Whitepaper on renewable energy

Renewable energy production is the single common denominator of a wide range of leading forecasting and scenario models towards 2050.

Access to clean energy - necessary for human prosperity

Renewable energy is produced by natural resources, such as sunlight, wind, rain, waves, tides and geothermal heat, that are naturally replenished within a few years.

The overall global energy system needs a significant shift to get to net zero Greenhouse Gas (GHG) emissions. The pressing need to conserve water, clean the air and reduce GHG emissions makes the business case for future growth in renewables. The numerous positive crossovers can strengthen the outlook for renewable energy as an attractive investment segment. 

The SDGs as an investment theme

All United Nations member states adopted the UN Sustainable Development Goals (SDGs) in 2015. The SDGs represent a shared blueprint for global peace and prosperity towards 2030 -  including safeguarding natural habitats, oceans and tackeling climate change. A global transition to renewable energy will result in improved air quality and less water pollution, which in turn benefits the health of humans and the ecosystems that rely on clean air and water. 

With the global effort to transition to sustainable societal development, investment opportunities arise when new solutions need financing. Estimates show that realising the SDGs could open a USD 12 trillion market value by 2030, creating 380 million jobs in the process.

Investment potential in renewable energy towards 2050

In 2018, The Intergovernmental Panel on Climate Change (IPPC) issued a report on the pathway to keep global temperatures below 1.5 degrees Celsius. The rise of renewables is the single common denominator of a wide range of leading forecasting and scenario models towards 2050. While the various scenarios and models vary in means of reaching GHG emission mitigation and adaptation, there is consensus around the anticipated increase of solar and wind energy. This partly relates to unprecedented cost reductions in the unsubsidised levelised cost of energy in wind and solar power. Technology efficiency, reasonable energy storage, economies of scale, learning curves and more stable and mature market developments all accelerate the demand.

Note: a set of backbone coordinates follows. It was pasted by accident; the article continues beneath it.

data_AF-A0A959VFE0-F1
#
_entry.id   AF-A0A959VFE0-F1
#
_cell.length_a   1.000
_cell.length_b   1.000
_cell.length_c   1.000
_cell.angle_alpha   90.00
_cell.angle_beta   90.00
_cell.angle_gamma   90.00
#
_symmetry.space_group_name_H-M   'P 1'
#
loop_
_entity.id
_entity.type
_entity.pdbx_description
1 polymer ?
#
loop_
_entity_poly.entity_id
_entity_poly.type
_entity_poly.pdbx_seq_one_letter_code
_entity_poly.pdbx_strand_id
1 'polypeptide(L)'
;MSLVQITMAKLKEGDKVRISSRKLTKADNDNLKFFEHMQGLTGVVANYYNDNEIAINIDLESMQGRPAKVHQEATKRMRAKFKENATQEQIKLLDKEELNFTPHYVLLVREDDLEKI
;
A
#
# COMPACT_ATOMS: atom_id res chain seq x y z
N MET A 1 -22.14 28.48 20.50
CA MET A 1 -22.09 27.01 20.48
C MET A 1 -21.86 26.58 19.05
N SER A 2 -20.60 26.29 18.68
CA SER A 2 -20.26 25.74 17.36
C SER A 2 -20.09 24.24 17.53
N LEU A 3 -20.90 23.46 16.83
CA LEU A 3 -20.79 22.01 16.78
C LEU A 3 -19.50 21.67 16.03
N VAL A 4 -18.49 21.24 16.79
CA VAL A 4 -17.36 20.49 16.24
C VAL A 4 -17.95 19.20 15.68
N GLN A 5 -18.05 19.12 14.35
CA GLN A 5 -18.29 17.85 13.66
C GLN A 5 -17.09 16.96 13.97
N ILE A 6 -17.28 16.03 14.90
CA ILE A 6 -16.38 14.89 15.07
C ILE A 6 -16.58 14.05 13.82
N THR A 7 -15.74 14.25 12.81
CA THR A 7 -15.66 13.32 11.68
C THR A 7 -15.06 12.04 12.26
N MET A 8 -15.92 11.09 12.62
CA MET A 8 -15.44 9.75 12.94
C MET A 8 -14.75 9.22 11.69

The Paris Agreement commitments of all UN nations have already contributed to shifting financial flows towards climate mitigation and adaptation measures. In the coming decades, the scale of such investments is expected to increase drastically. 

Facts and figures


of the world’s population do not have access to electricity


of renewables in global electricity in Q1 2020


of global primary energy came from renewables in 2019


increase in global offshore wind capacity from 2019-2020


was invested in low-carbon energy transition in 2020, up from $458.6 bn in 2019


was invested in global renewable energy capacity in 2020

Sub themes

This whitepaper focuses on two central sub-themes that lay the foundation of successful expansion of renewable energy.

Renewable energy technologies

The most common renewable energy sources are wind, solar and hydro. Wind energy is one of the fastest-growing renewable energy technologies, while solar energy is the most abundant and accessible energy resource on Earth. A cost reduction from lower prices in system components, higher efficiency, and matured industries on both the supply and demand side has made both solar and wind energy economically viable. Hence, the technologies have become commercially available in markets across the globe.

Hydropower is one of the most cost-effective methods of producing electricity. Small-scale or micro hydropower generates energy with minimal interference with a river’s natural water flow. This is generally perceived as more environmentally friendly because it causes less methane emission from biodegrading submerged vegetation and less stress on biodiversity and surrounding ecosystems.

Other renewable energy sources are bioenergy, geothermal energy and ocean energy. Bioenergy is the combustion of biological materials. Geothermal is derived from heated water or steam from within the sub-surface of the Earth. Ocean energy is premature in the sense that it is not yet commercially available. It refers to wave energy, tidal energy by dams or barrier construction, tidal-current or underwater turbines that turn with the tidal flows, salinity gradient energy that exploits variations in salt concentration or ocean thermal energy conversion that utilises temperature differences.

Energy storage and distribution

Energy storage costs have declined across most storage technologies, especially for short-term storage. Long-duration energy storage technologies are attractive, but unfortunately in various stages of technical maturity rates and degrees of commercialisation.

A major source of concern with mainstream renewable energy is intermittency. Wind and solar power can only be generated when sunlight or wind is present. A stable power grid with sufficient backup storage can prevent grid outages. Smart grids are designed to optimise the electricity supply network through digital monitoring.

Distributed Energy Systems (DES) amplify a dynamic system which can shave peak loads off a centralised grid. Over-dimensioned grids are built to deliver peak energy demand, which is expensive. Improved energy management, locally produced renewables, storage, monitoring and control solutions can help deliver a more stable and flexible grid.

Energy access to remote areas is another significant advantage of DES. We can gain energy independence without investing in a massive transmission line upfront. A competitive advantage can be expected in cost-effectiveness, rapid installation, less material use, and a reasonable operational cost due to the low price of renewables. 

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